AIR054: Mario Elie – Three-time NBA Champion & Rockets’ 30-Year Team member | Podcast

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Mario Elie - moments before his 'Kiss of Death'Three-time NBA Champion and one of Houston’s Top 10 Players of all-time, Mario Elie.

We discuss Mario’s incredible journey from New York’s Power Memorial High School, through to becoming a three-time NBA Champion – a perfect example of hard work, determination and achievement. Many years before he joined the Golden State Warriors, Mario was teammates with future Hall of Famer, Chris Mullin. We reminisce about Mario’s HS career and decision to play for American International College. He had a stellar run and was named Conference Rookie of the Year (1982), three-time All-American and led his division II team to the Elite Eight in the 1985 NCAA Tournament. He was inducted into AIC’s Hall of Fame in 2005, and earlier this year, had his #41 jersey retired.


 

The Milwaukee Bucks selected Elie with pick 160 (7th round) in the 1985 NBA Draft. His first NBA game was more than five seasons later (Dec 28, 1990). In the interim, Mario played in numerous countries across Europe – Ireland, Argentina and Portugal, to name a few – further developing his game. He returned to home soil and played in developmental leagues across America, including the USBL, WBL & CBA (where he would become an All-Star).

In December, 1990, Mario’s NBA opportunity arrived, courtesy of then-76ers GM, Gene Shue. The countless miles of travel and perseverance paid off. After a brief stint with Philadelphia, Mario signed with Golden State, where he played alongside the famed ‘Run TMC’ (Hardaway, Richmond & Mullin). Two seasons later (1993), he was a Trail Blazer.

We chat about the moment Mario found out he was traded to the Rockets, and deep dive into his career with Houston, where he played five seasons and won two NBA Championships. In the do-or-die Game 7 of the 1995 Western Conference Semi-Finals, he made one of the biggest shots in NBA history – affectionately known as the ‘Kiss of Death’. He shares the details of how that famous show of emotion, came to be.


 

Prior to the (1999) lockout-shortened season, Mario signed as a free agent with San Antonio, where he won his third NBA title. He talks about his key role in Sean Elliott‘s Memorial Day Miracle and the leadership of Hall of Famer, David Robinson, and (future Hall of Famer) a young Tim Duncan. I even find a way to briefly talk about another teammate of Mario’s, Australian legend, Andrew Gaze.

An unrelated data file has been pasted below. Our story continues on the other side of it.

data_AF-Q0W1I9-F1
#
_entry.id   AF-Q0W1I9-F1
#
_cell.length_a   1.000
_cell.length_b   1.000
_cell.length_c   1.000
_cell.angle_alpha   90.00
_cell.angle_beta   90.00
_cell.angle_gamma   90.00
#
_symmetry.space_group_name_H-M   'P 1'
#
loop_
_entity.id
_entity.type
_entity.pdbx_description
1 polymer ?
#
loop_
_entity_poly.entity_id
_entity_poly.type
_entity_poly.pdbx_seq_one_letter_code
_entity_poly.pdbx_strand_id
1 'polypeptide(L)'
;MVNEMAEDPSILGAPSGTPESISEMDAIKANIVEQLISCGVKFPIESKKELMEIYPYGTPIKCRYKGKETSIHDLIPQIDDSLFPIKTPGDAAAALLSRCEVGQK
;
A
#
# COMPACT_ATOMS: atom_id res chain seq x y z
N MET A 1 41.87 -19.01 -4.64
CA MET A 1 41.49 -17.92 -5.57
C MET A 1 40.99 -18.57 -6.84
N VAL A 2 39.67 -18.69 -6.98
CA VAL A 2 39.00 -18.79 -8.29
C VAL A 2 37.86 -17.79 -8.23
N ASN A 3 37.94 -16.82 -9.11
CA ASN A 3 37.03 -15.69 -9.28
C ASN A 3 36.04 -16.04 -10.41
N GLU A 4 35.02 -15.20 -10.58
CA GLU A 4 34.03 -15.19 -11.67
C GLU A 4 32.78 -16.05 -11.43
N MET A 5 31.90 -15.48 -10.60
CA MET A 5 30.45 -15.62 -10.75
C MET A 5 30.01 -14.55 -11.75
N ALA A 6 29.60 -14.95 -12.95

Recently, the Houston Rockets celebrated the 20th anniversary of their back-to-back NBA Championships. Mario talks about that experience and the joy of re-connecting with many of his friends and former teammates, including Vernon Maxwell, Sam Cassell, Robert Horry, Clyde Drexler, Hakeem Olajuwon, Otis Thorpe, Kenny Smith, Chucky Brown, Rudy Tomjanovich and more.


 

We round out the discussion, by chatting about Mario’s coaching background. He has worked as an NBA assistant coach for the best part of ten years. He discusses those experiences, his future ambitions at the highest level and the ultimate moment of his career, to date.

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Brush with Greatness – Michael Jordan

Contributor: Ross Franco | Learn about his encounters with Michael Jordan.

I grew up in a small coastal town in North Carolina, called Wilmington. I moved there when I was about 11 years old and absolutely fell in love with it. As any NBA fan knows, Wilmington, North Carolina, is also the home of Michael Jordan – the greatest basketball player to ever play the game.

I went to John T. Hoggard High School and graduated in 1982. Across town at E.A. Laney High School, a future legend was finishing up his high school career for the Buccaneers. Michael Jordan graduated from Laney HS in 1981. He went on to star at The University of North Carolina at Chapel Hill. We all know about MJ’s legacy in college, the Olympics and the NBA.

Ross' 1981 HS Yearbook | Laney Buccaneers vs. Hoggard Vikings

Ross’ 1981 HS Yearbook | Laney Buccaneers vs. Hoggard Vikings

Back in the early 1980s, we didn’t have the Internet, Twitter and Facebook, bombarding us with a constant flow of information; so, I had not even heard of Michael Jordan, until he was a senior in high school. MJ entered my consciousness about the same time as most other people – when he played at UNC as a freshman and hit this game-winning shot in the 1982 NCAA Championship, against Georgetown: